Medical Fraud in Wisconsin
In the service of government teachers.
FEBRUARY 23, 2011 by WILLIAM L. ANDERSON
Patient’s rights advocate Siobhan Reynolds is currently under criminal investigation simply for speaking out against the federal prosecutions of doctors accused of writing pain medication prescriptions the government claims have “no medical purpose.” Indeed, the government has demonstrated a propensity to pursue doctors across the country with criminal charges, often over a wide array of activities conveniently lumped into over-expansive accusations of fraud.
Imagine my surprise, then, when on camera and in daylight, doctors in Wisconsin have been writing fraudulent “excuses” for teachers who have been demonstrating at the state capitol over recent moves by the governor and the legislature to abolish collective bargaining for public-employee unions. (The teachers claim they were sick, which is why they were not in the classrooms.) Indeed, the doctors have not even tried to cover their actions. One observer quoted by the MacIver Institute, Christian Hartsock, said:
I asked this doctor what he was doing and he told me they were handing out excuses to people who were feeling sick due to emotional, mental or financial distress. They never performed an exam – he asked me how I was feeling today and I said I’m from California and I’m not used to the cold, so he handed me a note.
Other doctors held up signs offering to sign excuse notes for teachers. They not only signed their names but also included their Wisconsin medical license numbers, as required on a medical form. They seemed proud of what they are doing.
Nothing is being done about this open fraud so far, and I cannot say I am surprised. The Obama administration has been front and center in this whole protest, even helping to coordinate some activities. (The White House now is denying it played any role, but the tweets from Organizing for America and Brad Woodhouse, the Democratic Party communications director, paint a much different scene.)
The reason I make this point is that the teachers clearly have engaged in activities approved by the Obama administration, yet to be at the capitol without taking personal leave, the teachers have called in sick. Since they are not really sick, they are engaging in fraud, and therefore any doctor who knowingly writes an excuse note for someone he or she has not examined is writing medical document with “no medical purpose” — which violates federal criminal fraud statutes. The videotapes are evidence of federal crimes.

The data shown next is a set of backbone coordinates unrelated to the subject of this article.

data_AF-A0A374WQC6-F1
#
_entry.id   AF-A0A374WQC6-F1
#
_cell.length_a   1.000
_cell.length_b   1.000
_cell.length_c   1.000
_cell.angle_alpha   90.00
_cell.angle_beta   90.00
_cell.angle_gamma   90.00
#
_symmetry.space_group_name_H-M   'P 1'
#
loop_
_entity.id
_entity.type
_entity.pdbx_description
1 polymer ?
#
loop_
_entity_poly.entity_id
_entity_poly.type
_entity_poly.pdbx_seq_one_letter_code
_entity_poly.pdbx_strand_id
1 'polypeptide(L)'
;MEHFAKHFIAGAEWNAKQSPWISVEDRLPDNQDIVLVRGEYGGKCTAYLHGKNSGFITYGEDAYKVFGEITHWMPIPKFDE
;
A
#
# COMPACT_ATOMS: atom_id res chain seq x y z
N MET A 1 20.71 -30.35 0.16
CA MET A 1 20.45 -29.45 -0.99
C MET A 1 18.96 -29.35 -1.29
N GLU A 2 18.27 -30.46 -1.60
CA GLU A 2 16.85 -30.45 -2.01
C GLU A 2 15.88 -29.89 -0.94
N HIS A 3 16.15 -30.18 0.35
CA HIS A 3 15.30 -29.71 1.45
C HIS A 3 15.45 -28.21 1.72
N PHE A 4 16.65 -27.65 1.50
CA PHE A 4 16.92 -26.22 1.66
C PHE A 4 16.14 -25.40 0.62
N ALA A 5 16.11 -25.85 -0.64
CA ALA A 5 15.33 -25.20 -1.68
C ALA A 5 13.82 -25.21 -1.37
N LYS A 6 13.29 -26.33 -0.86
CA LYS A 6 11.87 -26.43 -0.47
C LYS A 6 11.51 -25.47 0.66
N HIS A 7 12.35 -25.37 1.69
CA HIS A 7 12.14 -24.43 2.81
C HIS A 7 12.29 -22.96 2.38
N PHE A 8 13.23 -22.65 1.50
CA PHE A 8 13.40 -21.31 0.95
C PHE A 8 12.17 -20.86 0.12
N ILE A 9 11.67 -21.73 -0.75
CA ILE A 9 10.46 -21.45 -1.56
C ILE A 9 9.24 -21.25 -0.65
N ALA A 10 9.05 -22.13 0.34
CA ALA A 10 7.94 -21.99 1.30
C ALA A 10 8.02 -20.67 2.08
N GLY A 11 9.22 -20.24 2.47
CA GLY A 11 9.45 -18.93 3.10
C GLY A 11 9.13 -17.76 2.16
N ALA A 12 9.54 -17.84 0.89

I will stop here and point out that I have written against these statutes for years, precisely because they are so expansive and so easily applied that any prosecutor wanting to get someone can do so without any problems. Levrenty Berias’s “Show me the man and I will find the crime” threat is now firmly established at the U.S. Department of Justice as a legal doctrine.
Even though these fraud statutes tend to be, well, fraudulent, they are applied against doctors every day. Last fall, I saw a childhood friend of more than 50 years sentenced to what in effect is a life term in federal prison for “writing prescriptions for which there was no medical purpose.” The DOJ is persecuting Siobhan Reynolds merely because she spoke out against similar prosecutions.
Yet here were have doctors on camera breaking the law — with impunity — purely for political reasons, and the Usual Suspects are not interested. The same people who will move heaven and earth to destroy the career and family of a well-respected doctor like William Hurwitz apparently don’t care that doctors are committing real fraud to help unionized teachers break the law.
So there we have it. Engage in behavior that this government considers to be politically acceptable and get a free pass to break the law. Everyone else gets to go to prison.